- Make my wife happy.
- Be a good, compassionate person.
- Make the lives of others better (especially those in need).
- Be a great writer.
- Be happy.
As for individual goals, I have a lot, but here are some of the top ones:
- Eliminate debt and save.
- Work for myself and automate my income.
- Simplify my life.
- Build a simple, comfortable house.
3. How does productivity (in general) fit into this big picture for you?
Productivity is a means to an end, not a goal in itself. I find ways to be productive so that I can do all that I want and still have time for my family. I’ve also used productivity to double my income so I can eliminate my debt and save an emergency cushion.
I’ve also used productivity to try to produce very useful content for my blog, every day. I have a schedule of topics that I do on the different days of the week, and I try to plan that schedule in advance with topics, so I know every day what I’m going to write about. Then I get that post done, early in the morning usually, and really focus on writing it as best I can. That’s the simple secret of my blog’s success (and it’s not much of a secret).
The key to productivity, for me, has been simplifying. I simplify my to-do list to three things a day, and when I do those things, I really focus on them, eliminating all distractions. I keep my desk clear, my email inbox empty, and my life uncluttered. I eliminate every commitment that doesn’t bring me happiness.
The result has been a much simpler, stress-free and happier life, for myself and my family. It’s not perfect — no life ever is — but I think I’m very happy as a result.
4. When did you first hear about GTD? How did you make it a zen habit?
I’ve been doing GTD for about a year and a half. I’ve made various skills from GTD a habit over time, including clearing my inbox, ubiquitous capture, keeping a good filing system, context lists and more. Sometimes I fall off certain skills, but I always get back on, as they’re very useful. When I find my system falling apart, I re-organize.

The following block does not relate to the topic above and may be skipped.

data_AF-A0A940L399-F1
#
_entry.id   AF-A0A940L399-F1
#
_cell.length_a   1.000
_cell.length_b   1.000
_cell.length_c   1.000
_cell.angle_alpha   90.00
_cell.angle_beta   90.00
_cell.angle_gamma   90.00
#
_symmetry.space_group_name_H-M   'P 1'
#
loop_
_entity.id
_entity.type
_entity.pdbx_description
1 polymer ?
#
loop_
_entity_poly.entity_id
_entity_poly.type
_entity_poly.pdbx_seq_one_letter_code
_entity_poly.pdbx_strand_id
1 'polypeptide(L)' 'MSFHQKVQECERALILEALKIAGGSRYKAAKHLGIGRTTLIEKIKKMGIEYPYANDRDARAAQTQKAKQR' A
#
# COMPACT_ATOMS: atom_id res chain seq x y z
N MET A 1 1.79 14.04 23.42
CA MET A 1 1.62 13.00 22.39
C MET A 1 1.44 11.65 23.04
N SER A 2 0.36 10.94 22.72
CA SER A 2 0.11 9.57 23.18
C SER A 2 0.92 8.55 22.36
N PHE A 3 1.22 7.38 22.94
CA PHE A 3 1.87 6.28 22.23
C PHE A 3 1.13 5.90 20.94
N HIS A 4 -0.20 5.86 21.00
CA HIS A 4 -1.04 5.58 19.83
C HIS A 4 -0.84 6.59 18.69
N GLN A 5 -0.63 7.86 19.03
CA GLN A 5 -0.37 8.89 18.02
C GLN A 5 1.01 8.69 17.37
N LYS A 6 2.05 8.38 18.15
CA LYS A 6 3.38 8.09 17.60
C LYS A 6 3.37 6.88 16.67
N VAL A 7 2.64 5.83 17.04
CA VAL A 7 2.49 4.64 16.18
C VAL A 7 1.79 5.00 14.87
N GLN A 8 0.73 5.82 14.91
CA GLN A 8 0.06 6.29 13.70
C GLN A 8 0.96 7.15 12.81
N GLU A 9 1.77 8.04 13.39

I’ve actually modified it using other concepts that work for me, including setting routines, simplifying, setting goals, working on my Most Important Tasks. I’ve combined them into a modified GTD system that I call Zen To Done (ZTD). I don’t currently coach people, although I’m happy to answer any questions people have about GTD or productivity. I’m going to put out an e-book about ZTD soon.
5. Could you share an interesting item from your Projects list and your Someday/Maybe list with us?
Hmmm. To tell the truth, I’ve simplified my lists recently and don’t actually keep a projects list anymore. I’ve been trying to simplify what I do so that I don’t have any major projects — just tasks that I can complete in about an hour or less. I’ve found that’s my best work schedule. Although I do have longer-term goals, they don’t require any planning. It took me awhile to get to this point — simplifying is a constant process for me.
As for my Someday/Maybe list, I’ve been trying to focus on one goal at a time, and currently that’s to be able to work for myself and quit my day job. After that, I hope to travel!
6. What is your current GTD setup?